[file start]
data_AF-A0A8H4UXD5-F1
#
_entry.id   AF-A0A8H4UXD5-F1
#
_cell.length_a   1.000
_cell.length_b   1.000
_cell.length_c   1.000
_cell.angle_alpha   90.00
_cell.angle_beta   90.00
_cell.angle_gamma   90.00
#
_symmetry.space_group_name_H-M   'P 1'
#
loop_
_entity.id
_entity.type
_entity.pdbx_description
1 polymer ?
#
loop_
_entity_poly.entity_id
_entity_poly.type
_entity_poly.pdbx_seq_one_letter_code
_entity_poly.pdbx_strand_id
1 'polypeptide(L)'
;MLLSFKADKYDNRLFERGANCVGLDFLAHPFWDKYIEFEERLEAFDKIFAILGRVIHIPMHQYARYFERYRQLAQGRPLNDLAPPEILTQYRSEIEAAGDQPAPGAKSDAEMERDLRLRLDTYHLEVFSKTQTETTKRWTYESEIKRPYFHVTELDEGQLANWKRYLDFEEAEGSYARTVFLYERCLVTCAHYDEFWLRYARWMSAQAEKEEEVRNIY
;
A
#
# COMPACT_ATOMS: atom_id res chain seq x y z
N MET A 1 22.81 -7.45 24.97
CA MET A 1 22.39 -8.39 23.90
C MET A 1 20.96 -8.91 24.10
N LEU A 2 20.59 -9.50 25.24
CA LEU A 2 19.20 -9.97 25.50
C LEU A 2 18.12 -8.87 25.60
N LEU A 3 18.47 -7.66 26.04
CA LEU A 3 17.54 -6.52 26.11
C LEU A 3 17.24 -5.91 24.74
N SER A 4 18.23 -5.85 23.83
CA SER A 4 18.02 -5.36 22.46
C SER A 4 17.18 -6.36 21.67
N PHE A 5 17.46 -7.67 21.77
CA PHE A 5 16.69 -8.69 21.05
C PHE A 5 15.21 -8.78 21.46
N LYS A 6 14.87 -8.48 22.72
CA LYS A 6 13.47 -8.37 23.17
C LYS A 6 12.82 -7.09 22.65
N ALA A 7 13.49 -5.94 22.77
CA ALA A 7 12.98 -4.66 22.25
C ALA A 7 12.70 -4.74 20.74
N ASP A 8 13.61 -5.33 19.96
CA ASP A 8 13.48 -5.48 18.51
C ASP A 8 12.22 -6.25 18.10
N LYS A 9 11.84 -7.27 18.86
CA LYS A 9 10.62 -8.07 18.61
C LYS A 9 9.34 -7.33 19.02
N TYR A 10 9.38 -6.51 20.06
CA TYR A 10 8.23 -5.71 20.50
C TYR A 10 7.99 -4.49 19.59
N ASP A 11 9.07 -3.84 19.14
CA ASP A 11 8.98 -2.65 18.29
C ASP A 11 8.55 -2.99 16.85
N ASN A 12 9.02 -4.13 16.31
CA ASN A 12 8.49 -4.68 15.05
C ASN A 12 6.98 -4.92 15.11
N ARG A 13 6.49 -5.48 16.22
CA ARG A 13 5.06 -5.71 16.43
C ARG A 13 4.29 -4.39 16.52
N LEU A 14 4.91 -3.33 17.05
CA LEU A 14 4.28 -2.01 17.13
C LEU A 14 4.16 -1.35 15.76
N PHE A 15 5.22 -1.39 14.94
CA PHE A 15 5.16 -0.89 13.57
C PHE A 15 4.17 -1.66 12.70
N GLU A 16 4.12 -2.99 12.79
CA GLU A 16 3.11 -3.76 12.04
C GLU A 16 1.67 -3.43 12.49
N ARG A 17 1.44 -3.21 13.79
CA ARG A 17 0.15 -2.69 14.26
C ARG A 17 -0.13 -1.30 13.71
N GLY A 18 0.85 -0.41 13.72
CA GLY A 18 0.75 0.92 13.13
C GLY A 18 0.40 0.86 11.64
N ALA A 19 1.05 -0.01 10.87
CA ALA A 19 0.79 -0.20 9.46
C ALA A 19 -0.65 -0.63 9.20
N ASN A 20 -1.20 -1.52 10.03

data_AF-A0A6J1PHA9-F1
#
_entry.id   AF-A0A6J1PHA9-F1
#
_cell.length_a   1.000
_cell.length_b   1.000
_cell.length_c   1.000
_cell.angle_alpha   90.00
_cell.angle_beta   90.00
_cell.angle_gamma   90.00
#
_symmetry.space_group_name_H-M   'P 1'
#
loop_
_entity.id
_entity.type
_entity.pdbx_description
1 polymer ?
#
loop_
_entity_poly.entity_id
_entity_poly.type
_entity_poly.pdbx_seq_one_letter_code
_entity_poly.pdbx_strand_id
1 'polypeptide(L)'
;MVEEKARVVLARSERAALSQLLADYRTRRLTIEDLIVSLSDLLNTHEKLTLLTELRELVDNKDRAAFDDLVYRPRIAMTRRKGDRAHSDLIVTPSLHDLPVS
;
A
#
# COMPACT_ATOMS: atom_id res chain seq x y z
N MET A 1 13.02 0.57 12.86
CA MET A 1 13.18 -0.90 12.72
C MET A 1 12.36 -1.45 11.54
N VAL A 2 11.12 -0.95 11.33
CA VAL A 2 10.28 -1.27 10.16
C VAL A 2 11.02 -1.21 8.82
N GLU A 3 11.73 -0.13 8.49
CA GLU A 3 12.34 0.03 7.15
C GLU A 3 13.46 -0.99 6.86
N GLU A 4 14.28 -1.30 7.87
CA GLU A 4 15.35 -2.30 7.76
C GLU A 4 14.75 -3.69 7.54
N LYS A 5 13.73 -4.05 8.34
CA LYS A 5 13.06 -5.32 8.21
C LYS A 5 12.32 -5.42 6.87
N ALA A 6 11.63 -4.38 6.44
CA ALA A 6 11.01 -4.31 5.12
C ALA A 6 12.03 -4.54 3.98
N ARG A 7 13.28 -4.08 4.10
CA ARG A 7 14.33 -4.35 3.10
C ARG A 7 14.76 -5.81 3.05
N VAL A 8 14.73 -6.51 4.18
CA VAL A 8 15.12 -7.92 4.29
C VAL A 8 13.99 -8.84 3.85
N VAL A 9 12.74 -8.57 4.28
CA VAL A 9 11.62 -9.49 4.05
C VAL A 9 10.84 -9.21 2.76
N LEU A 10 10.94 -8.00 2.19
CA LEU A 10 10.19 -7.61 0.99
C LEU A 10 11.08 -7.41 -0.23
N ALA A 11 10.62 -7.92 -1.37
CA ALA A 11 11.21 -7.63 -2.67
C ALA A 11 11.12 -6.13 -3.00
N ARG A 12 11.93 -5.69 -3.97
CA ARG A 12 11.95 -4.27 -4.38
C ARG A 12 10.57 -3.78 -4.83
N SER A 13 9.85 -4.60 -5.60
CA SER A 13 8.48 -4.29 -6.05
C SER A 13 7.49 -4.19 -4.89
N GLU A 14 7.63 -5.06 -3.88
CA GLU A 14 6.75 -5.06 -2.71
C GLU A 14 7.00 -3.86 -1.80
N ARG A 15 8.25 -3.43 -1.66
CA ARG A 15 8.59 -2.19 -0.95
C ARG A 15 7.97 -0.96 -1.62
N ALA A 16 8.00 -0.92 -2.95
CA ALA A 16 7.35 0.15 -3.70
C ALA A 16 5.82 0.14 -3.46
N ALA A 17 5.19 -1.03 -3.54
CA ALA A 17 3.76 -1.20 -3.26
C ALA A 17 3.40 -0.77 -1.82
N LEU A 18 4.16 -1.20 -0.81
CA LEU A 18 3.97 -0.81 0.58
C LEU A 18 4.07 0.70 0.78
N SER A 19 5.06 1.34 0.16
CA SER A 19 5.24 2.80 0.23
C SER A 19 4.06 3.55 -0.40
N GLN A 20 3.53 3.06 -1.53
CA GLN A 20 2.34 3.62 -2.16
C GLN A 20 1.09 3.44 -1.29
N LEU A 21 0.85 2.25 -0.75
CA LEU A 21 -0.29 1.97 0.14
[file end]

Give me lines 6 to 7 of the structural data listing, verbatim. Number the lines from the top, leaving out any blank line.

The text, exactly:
_cell.length_b   1.000
_cell.length_c   1.000